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Vt. National Guard Memorial Day ceremony honors Vermonters

 A red, white and blue flower wreath sits before a memorial for fallen soldiers.
Brittany Patterson
Vermont Public
Wreaths are commonly used during Memorial Day celebrations. Their circular shape symbolizes eternity and immortality.

Dozens of people gathered Thursday at the Fallen Heroes Memorial outside of Camp Johnson in Colchester to honor U.S. military personnel who have died while serving in the armed forces.

The ceremony, hosted by the Vermont National Guard, included remarks from Gov. Phil Scott and Sen. Bernie Sanders, as well as the placing of a wreath at the Fallen Heroes Memorial and other military traditions including the firing of three volleys and the playing of Taps.

"Today, we remember our fallen and the many who have gone before us from all branches, from all services across all generations," said Adjutant General Gregory Knight. "Every one of them were well aware of the challenges and sacrifices that come with service while wearing the cloth of our nation. Even knowing the potential of making the ultimate sacrifice, they stepped forward to serve."

Addressing the crowd, Gov. Phil Scott spoke directly to the families in attendance who lost someone during their service.

"I want to give my deepest sympathy and respect to all those who lost a loved one," he said. "We live in freedom thanks to them. It's important we don't forget how they lived, as well as how they died. And while we honor them here today, we are grateful for them each and every day."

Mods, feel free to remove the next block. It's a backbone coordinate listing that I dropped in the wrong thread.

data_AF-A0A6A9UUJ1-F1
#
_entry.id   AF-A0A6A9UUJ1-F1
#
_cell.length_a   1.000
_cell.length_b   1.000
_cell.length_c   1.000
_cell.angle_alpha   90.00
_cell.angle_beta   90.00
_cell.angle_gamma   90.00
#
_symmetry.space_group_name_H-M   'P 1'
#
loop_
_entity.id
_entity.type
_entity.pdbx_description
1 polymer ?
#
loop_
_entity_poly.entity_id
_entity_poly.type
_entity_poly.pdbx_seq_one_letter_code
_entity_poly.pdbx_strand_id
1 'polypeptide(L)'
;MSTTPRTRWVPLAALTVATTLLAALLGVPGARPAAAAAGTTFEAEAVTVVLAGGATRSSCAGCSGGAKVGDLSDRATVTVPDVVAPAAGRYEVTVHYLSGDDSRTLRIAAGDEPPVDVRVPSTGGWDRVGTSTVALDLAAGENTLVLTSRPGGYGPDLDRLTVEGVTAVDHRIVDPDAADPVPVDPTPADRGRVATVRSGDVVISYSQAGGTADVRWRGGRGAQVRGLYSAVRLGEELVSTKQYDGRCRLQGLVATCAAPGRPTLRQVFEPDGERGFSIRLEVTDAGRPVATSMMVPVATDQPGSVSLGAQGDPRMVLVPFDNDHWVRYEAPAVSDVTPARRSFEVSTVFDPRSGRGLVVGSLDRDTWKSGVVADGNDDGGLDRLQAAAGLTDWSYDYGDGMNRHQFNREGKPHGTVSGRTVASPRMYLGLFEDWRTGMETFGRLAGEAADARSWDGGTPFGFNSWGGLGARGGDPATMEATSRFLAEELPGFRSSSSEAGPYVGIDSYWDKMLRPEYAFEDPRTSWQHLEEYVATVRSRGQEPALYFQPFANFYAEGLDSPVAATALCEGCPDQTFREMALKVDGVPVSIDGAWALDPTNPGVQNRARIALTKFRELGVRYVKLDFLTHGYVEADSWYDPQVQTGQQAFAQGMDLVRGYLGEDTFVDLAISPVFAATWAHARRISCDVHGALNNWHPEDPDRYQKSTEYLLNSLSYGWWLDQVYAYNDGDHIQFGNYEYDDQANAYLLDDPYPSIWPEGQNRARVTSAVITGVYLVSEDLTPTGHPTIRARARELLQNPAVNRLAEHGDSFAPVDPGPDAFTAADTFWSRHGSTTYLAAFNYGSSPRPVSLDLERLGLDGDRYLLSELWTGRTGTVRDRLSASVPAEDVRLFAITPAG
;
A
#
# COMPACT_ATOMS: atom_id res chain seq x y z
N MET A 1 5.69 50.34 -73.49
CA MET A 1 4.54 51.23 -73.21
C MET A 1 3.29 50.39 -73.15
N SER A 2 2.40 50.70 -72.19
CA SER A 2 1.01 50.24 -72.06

Sen. Bernie Sanders also thanked the Gold Star families and said America must also take care of the country's veterans.

"We have that moral responsibility to make sure that when one comes home, one is well taken care of one's family is well taken care of," he said. "And I know when Vermont we try hard to do that."

Both lawmakers told the crowd that America faces challenges.

"These are tough times, no question about it," Sanders said. "But I think if we look at those men and women who died for their country, the sacrifices they made, and if we are also willing to commit ourselves — all of us in whatever way — to make this country a better place in which to live, in that way we will have honored the sacrifices made by those who died for this country."

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Brittany Patterson joined Vermont Public in December 2020. Previously, she was an energy and environment reporter for West Virginia Public Broadcasting and the Ohio Valley ReSource. Prior to that, she covered public lands, the Interior Department and forests for E&E News' ClimateWire, based in Washington, D.C. Brittany also teaches audio storytelling and has taught classes at West Virginia University, Saint Michael's College and the University of Vermont. She holds degrees in journalism from San Jose State University and U.C. Berkeley's Graduate School of Journalism. A native of California, Brittany has fallen in love with Vermont. She enjoys hiking, skiing, baking and cuddling with her rescues, a 95-pound American Bulldog mix named Cooper, and Mila, the most beautiful calico cat you'll ever meet.
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